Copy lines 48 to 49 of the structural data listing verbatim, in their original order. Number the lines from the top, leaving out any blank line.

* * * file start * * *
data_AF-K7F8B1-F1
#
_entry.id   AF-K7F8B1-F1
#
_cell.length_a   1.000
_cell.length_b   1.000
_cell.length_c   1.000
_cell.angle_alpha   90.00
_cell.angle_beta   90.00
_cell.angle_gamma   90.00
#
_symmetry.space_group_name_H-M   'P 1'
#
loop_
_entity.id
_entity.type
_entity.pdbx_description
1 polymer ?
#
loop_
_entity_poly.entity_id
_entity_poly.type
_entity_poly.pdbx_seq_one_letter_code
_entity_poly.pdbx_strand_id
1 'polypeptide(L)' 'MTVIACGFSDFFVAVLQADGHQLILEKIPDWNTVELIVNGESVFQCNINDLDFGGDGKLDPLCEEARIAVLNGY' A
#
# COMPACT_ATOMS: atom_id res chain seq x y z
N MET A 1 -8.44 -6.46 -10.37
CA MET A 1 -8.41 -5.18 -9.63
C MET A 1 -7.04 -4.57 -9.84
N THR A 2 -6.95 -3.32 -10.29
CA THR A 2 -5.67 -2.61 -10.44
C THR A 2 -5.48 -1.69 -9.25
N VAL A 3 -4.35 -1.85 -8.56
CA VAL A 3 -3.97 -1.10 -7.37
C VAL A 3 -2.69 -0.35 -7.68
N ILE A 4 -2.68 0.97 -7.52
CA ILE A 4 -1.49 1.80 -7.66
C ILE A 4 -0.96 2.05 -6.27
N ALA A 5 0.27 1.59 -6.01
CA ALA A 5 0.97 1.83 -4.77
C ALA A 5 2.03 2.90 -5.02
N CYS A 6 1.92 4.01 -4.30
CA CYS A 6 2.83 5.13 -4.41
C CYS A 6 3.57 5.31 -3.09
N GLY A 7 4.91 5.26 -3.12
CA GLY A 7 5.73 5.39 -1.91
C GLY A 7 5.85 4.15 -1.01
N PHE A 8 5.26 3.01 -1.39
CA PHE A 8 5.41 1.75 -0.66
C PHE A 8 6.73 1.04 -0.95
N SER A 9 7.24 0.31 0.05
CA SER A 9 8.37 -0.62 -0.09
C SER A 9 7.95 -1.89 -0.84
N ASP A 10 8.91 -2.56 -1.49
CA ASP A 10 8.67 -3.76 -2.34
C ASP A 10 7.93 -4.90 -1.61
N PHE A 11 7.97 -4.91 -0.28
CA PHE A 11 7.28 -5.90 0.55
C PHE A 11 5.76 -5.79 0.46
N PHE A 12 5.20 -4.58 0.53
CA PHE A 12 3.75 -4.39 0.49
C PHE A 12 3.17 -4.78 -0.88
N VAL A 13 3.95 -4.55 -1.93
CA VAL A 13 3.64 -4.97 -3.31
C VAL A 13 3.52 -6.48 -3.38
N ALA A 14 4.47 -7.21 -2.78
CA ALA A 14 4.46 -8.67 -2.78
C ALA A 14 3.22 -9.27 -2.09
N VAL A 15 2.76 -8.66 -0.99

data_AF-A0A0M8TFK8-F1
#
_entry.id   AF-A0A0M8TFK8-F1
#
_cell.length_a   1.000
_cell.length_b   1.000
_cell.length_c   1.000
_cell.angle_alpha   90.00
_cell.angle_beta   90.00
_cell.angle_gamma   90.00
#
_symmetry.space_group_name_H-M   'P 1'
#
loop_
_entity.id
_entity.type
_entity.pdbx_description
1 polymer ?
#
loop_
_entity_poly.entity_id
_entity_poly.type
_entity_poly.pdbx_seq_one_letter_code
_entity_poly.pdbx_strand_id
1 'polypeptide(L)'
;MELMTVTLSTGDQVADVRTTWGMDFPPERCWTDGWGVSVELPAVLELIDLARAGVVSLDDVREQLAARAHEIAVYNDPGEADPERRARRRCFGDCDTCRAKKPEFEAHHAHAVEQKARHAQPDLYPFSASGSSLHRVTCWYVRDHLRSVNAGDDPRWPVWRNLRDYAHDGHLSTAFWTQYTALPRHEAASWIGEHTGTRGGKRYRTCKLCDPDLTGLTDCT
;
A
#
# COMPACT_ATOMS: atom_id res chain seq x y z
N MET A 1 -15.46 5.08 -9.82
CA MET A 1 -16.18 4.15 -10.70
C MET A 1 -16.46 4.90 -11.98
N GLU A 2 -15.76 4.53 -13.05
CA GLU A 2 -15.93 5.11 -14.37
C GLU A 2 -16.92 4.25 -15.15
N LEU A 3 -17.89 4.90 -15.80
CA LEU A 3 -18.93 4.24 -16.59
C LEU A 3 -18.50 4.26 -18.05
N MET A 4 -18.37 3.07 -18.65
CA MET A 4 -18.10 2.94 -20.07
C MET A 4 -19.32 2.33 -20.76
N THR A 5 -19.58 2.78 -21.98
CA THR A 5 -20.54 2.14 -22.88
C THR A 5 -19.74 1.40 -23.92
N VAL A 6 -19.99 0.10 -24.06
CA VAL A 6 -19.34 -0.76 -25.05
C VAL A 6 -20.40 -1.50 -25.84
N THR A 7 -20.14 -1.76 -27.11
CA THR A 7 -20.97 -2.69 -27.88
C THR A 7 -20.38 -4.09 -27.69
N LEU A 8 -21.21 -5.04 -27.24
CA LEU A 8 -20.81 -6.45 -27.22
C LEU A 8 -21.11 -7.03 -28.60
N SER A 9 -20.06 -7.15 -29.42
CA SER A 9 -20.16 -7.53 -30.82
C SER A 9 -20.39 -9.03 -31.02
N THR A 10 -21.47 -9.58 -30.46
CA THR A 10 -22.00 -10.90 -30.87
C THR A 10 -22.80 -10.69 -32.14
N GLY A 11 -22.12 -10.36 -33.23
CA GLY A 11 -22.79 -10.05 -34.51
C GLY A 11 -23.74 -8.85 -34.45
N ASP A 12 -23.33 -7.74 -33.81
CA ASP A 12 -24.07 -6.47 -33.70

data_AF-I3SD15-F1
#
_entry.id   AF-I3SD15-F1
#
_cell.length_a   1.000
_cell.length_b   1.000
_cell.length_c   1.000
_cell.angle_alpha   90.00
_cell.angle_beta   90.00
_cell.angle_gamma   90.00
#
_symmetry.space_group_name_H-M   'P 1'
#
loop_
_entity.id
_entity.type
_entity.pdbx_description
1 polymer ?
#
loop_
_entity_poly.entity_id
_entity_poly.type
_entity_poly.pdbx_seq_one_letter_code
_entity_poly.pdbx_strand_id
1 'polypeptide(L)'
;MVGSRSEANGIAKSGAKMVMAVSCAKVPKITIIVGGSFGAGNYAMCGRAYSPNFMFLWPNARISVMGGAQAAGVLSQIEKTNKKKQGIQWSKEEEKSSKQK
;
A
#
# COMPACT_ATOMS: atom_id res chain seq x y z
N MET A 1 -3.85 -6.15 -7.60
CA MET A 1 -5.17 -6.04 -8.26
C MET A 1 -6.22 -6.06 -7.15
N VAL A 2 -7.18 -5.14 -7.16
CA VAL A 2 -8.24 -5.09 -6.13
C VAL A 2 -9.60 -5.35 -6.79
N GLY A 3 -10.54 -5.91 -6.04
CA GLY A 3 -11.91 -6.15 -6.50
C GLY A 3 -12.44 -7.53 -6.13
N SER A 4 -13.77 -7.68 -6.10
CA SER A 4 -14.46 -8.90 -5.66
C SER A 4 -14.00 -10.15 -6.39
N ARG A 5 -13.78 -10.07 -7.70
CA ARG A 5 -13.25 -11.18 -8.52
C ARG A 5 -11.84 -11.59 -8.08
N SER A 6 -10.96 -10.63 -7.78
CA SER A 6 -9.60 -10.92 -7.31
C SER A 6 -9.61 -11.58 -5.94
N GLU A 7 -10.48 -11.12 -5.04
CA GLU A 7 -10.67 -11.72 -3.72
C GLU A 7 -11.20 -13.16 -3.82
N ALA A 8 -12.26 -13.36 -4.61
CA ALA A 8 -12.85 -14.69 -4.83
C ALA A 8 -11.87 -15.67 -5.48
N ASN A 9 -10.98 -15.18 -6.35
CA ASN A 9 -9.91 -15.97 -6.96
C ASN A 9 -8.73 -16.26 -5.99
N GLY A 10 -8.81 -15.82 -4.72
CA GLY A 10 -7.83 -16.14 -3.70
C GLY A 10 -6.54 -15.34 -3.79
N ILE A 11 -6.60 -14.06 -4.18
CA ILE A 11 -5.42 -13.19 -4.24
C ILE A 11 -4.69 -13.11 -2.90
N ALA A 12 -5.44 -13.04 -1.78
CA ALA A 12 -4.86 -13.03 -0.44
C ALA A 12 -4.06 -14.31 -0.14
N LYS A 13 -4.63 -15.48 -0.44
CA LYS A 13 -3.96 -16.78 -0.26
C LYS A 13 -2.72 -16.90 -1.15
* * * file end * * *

C GLY A 7 5.85 4.15 -1.01
N PHE A 8 5.26 3.01 -1.39